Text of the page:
(Lisa Robinson)

I recently just ended a 5 month dating relationship.  I really had high hopes for this one, especially considering that he is a great guy and we still remain friends.  In fact, as foundational differences began rising to the surface, the one thing I kept going back to was that he was a good man.  And I think this resonates with so many ladies, doesn’t it?  For I have heard this many times.  We want a good man.

When you think about what is meant by this statement, it is really about how a man treats a woman and what he brings to the table.  He is considered good because of qualities he possesses such as kindness, respect, generosity, and appreciation.  He might be considered good if he is family-oriented and has the capacity to provide for a future family because he is responsible and has decent employment.

But in thinking about what is and should be at the core of a Christian centered relationship particularly focused on marriage possibility, it strikes me that since Christianity is grounded in the gospel, so too should the parties involved be gospel-centered people.  So I’ve concluded that I do not want a good man but rather a gospel-centered man.  The gospel-centered man will of course exhibit qualities of goodness, so he will not be a bad man.  But the core of who he is centered in who God is and what he has provided.  Also, this is no reflection on the gentleman, so don’t go there.

The gospel-centered man will recognize that he is a sinner, that he was born an enemy to God.   He will understand that it is not good behavior that warrants acceptance from God, but belief in His Son.  He will know that any attribute of goodness he possesses has been received by the Father because of this belief, that being made in the image of God and recognizing the truth of who He is provides this reflection on him.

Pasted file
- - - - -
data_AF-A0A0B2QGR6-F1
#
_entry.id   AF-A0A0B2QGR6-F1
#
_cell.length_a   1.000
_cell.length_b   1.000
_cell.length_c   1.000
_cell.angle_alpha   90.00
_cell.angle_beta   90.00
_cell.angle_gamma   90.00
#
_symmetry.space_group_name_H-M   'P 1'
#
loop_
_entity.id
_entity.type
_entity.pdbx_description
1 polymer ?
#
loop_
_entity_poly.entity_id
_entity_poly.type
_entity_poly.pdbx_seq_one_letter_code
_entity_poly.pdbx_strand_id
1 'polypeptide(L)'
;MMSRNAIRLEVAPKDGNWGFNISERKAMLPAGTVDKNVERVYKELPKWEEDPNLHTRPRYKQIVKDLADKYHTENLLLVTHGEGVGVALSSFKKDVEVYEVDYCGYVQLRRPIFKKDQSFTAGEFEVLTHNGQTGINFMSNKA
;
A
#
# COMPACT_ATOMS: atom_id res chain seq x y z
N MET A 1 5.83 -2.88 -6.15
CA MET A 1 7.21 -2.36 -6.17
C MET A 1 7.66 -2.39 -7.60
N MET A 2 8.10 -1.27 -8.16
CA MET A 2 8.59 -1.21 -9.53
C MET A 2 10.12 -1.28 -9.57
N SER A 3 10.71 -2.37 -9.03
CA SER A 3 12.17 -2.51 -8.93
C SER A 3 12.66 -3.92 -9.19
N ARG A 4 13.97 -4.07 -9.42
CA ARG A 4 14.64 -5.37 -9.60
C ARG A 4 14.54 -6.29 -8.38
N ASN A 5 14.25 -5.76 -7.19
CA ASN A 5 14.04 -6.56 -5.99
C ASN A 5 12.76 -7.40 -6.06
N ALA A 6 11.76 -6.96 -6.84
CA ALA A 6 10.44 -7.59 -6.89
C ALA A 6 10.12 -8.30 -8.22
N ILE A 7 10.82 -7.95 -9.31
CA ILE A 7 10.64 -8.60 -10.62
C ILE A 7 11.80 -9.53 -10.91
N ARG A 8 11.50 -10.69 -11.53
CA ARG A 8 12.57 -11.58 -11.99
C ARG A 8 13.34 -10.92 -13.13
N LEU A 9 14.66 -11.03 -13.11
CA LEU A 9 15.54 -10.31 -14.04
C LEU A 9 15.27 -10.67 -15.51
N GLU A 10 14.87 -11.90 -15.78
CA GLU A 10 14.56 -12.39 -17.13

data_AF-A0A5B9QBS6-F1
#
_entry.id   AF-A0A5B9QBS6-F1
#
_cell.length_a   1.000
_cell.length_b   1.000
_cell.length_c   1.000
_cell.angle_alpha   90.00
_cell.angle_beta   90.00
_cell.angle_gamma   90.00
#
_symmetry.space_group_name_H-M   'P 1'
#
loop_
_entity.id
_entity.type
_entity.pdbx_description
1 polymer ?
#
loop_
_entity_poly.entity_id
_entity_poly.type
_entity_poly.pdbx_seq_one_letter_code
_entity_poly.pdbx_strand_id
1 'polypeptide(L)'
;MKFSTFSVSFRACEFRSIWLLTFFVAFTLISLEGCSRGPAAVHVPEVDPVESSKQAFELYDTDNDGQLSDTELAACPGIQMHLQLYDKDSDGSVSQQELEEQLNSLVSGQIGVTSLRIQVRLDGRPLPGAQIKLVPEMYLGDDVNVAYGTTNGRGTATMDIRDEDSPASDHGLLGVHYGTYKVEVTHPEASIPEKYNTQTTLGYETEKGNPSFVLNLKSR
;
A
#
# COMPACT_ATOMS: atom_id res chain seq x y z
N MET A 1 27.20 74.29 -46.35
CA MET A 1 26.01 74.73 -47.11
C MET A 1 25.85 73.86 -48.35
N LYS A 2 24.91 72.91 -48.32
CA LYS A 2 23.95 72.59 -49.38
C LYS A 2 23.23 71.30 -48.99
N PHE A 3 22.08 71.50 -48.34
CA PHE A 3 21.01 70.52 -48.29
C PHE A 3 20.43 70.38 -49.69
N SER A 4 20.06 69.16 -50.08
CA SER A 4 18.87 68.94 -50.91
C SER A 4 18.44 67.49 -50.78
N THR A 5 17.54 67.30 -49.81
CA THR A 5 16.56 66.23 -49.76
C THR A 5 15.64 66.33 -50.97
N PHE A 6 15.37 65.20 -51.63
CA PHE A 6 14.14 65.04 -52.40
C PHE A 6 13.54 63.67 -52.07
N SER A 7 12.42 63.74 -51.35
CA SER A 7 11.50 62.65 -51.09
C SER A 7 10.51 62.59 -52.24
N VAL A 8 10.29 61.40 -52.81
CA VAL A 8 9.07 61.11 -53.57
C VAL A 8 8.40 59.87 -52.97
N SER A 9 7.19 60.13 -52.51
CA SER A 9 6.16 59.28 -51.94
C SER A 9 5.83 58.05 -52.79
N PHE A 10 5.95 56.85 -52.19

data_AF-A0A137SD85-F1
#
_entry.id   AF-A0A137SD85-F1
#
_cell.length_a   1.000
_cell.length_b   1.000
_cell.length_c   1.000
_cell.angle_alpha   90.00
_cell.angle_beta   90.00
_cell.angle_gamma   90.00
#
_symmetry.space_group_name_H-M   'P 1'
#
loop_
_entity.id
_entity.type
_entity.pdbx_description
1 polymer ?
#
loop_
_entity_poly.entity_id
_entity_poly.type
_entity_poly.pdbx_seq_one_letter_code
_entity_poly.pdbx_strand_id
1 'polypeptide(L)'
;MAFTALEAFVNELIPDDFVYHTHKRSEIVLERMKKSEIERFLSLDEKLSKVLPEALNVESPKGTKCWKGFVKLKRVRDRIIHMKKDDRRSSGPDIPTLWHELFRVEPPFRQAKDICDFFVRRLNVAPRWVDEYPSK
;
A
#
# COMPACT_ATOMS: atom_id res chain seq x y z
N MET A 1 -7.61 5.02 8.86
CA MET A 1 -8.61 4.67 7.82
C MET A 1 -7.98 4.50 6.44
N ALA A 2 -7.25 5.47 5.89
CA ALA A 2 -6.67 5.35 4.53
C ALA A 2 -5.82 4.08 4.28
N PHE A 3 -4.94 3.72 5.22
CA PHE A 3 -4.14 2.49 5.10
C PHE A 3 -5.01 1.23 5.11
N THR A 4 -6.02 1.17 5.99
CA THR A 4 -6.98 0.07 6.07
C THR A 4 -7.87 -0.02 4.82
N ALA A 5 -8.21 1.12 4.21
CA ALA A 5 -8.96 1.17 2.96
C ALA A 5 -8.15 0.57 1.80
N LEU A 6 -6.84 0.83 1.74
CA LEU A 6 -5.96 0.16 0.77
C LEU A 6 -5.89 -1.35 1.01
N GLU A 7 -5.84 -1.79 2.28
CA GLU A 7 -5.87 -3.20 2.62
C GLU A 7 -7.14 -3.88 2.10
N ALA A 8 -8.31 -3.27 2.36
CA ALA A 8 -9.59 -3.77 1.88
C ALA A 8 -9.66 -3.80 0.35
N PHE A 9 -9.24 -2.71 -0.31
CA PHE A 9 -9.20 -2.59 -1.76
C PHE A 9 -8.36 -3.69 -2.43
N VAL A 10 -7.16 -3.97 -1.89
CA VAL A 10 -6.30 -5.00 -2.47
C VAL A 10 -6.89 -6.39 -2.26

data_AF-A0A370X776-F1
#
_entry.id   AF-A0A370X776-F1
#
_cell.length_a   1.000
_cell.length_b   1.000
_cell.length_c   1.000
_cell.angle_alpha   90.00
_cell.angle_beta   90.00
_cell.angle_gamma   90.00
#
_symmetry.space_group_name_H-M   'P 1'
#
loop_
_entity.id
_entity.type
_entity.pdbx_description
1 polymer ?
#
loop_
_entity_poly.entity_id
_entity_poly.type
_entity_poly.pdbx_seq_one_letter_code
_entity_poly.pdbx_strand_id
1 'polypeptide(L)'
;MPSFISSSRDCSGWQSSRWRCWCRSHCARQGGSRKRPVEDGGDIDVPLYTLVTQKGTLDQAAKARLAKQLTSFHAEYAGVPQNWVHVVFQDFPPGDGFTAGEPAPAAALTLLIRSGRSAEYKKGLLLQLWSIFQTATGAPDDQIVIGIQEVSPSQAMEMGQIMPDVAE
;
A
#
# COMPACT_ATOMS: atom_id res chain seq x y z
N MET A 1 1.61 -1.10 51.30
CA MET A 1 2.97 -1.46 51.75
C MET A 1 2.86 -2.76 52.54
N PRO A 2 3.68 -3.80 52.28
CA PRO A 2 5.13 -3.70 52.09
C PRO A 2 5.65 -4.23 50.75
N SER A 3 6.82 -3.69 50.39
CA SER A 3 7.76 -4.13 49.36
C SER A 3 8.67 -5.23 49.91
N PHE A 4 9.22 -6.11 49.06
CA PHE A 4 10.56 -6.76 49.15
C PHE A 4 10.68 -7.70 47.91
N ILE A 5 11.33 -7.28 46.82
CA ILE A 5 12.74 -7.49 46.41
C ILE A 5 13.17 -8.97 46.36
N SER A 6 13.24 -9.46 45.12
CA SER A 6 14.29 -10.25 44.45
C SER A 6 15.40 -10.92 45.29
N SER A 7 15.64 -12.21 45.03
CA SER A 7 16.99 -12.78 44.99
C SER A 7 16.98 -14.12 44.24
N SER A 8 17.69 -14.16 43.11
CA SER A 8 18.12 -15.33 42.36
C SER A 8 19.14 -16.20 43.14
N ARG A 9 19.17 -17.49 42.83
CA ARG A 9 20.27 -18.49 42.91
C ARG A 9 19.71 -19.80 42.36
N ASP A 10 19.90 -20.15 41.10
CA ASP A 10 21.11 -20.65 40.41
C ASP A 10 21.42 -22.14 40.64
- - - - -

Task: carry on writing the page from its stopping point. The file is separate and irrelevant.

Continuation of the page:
The gospel-centered man will recognize that the ideal world ended in Genesis 3 and therefore will not insist for an ideal model. He will be in touch with his own brokenness and propensity towards selfishness and realize that I can go there too.  He will recognize that he does not meet a model of perfection and will not insist on perfection from me.   Instead he will insist that we go to the one who is perfect, who met the perfect expectations of the Father and gave His life so we might live.

The gospel-centered man will understand grace, the undeserved gift of God received without human merit.  He will not set it aside as a one time transaction but have it as the fabric of his life, always mindful of the magnificent gift he has received.  That in turn will foster forgiveness when relational transgressions occur and refusal to harbor on past faults or indiscretions.   It will motivate gratitude and worship towards God.

The gospel-centered man will engage in a continual pursuit of knowing God.  That means learning and growing, seeking for truth in a spirit of humility and openness.   Since he is in tune with his own selfish and self-centered tendencies, he will be motivated to learn as objectively as possible knowing that his own fallibility will cause him to get stuff wrong.  He therefore will value input from the community of faith, including from me.